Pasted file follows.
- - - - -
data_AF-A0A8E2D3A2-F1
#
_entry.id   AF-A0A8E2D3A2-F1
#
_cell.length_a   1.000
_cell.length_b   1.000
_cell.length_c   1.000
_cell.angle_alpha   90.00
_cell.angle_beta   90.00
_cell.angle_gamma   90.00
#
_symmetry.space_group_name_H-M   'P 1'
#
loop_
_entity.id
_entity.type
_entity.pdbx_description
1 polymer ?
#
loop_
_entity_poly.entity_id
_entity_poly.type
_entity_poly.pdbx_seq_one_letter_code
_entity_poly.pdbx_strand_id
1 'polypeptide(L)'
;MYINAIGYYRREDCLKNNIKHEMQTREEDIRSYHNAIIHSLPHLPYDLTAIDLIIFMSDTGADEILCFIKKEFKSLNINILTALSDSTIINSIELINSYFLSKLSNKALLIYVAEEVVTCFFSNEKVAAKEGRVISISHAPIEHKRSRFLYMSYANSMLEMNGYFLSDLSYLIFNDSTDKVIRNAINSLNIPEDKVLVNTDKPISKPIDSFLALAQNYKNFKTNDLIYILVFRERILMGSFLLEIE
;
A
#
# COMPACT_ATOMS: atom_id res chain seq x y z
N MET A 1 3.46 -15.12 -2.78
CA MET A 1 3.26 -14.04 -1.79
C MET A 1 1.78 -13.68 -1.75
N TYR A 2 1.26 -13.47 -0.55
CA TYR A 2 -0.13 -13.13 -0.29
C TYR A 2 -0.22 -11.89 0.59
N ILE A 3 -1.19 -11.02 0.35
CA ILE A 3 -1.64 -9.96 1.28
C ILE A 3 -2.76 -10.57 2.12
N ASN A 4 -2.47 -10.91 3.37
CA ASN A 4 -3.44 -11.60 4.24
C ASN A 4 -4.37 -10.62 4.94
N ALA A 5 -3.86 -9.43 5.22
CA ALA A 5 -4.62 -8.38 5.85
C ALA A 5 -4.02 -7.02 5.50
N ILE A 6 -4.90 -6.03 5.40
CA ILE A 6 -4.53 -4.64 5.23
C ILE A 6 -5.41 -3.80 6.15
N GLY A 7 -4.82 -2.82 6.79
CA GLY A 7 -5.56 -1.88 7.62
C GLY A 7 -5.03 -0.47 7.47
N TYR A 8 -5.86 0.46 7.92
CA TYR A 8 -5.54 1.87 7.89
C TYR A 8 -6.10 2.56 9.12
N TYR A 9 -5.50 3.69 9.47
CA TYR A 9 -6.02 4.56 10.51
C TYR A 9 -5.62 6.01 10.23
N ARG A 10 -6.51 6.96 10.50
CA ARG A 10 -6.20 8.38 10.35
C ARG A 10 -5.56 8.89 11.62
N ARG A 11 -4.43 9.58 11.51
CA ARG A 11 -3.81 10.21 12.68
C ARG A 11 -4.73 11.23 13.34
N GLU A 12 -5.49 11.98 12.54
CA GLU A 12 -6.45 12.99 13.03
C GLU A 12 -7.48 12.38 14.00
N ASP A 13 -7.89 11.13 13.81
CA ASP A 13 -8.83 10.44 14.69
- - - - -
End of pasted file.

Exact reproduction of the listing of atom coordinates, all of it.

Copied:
data_AF-A0A8E2D3A2-F1
#
_entry.id   AF-A0A8E2D3A2-F1
#
_cell.length_a   1.000
_cell.length_b   1.000
_cell.length_c   1.000
_cell.angle_alpha   90.00
_cell.angle_beta   90.00
_cell.angle_gamma   90.00
#
_symmetry.space_group_name_H-M   'P 1'
#
loop_
_entity.id
_entity.type
_entity.pdbx_description
1 polymer ?
#
loop_
_entity_poly.entity_id
_entity_poly.type
_entity_poly.pdbx_seq_one_letter_code
_entity_poly.pdbx_strand_id
1 'polypeptide(L)'
;MYINAIGYYRREDCLKNNIKHEMQTREEDIRSYHNAIIHSLPHLPYDLTAIDLIIFMSDTGADEILCFIKKEFKSLNINILTALSDSTIINSIELINSYFLSKLSNKALLIYVAEEVVTCFFSNEKVAAKEGRVISISHAPIEHKRSRFLYMSYANSMLEMNGYFLSDLSYLIFNDSTDKVIRNAINSLNIPEDKVLVNTDKPISKPIDSFLALAQNYKNFKTNDLIYILVFRERILMGSFLLEIE
;
A
#
# COMPACT_ATOMS: atom_id res chain seq x y z
N MET A 1 3.46 -15.12 -2.78
CA MET A 1 3.26 -14.04 -1.79
C MET A 1 1.78 -13.68 -1.75
N TYR A 2 1.26 -13.47 -0.55
CA TYR A 2 -0.13 -13.13 -0.29
C TYR A 2 -0.22 -11.89 0.59
N ILE A 3 -1.19 -11.02 0.35
CA ILE A 3 -1.64 -9.96 1.28
C ILE A 3 -2.76 -10.57 2.12
N ASN A 4 -2.47 -10.91 3.37
CA ASN A 4 -3.44 -11.60 4.24
C ASN A 4 -4.37 -10.62 4.94
N ALA A 5 -3.86 -9.43 5.22
CA ALA A 5 -4.62 -8.38 5.85
C ALA A 5 -4.02 -7.02 5.50
N ILE A 6 -4.90 -6.03 5.40
CA ILE A 6 -4.53 -4.64 5.23
C ILE A 6 -5.41 -3.80 6.15
N GLY A 7 -4.82 -2.82 6.79
CA GLY A 7 -5.56 -1.88 7.62
C GLY A 7 -5.03 -0.47 7.47
N TYR A 8 -5.86 0.46 7.92
CA TYR A 8 -5.54 1.87 7.89
C TYR A 8 -6.10 2.56 9.12
N TYR A 9 -5.50 3.69 9.47
CA TYR A 9 -6.02 4.56 10.51
C TYR A 9 -5.62 6.01 10.23
N ARG A 10 -6.51 6.96 10.50
CA ARG A 10 -6.20 8.38 10.35
C ARG A 10 -5.56 8.89 11.62
N ARG A 11 -4.43 9.58 11.51
CA ARG A 11 -3.81 10.21 12.68
C ARG A 11 -4.73 11.23 13.34
N GLU A 12 -5.49 11.98 12.54
CA GLU A 12 -6.45 12.99 13.03
C GLU A 12 -7.48 12.38 14.00
N ASP A 13 -7.89 11.13 13.81
CA ASP A 13 -8.83 10.44 14.69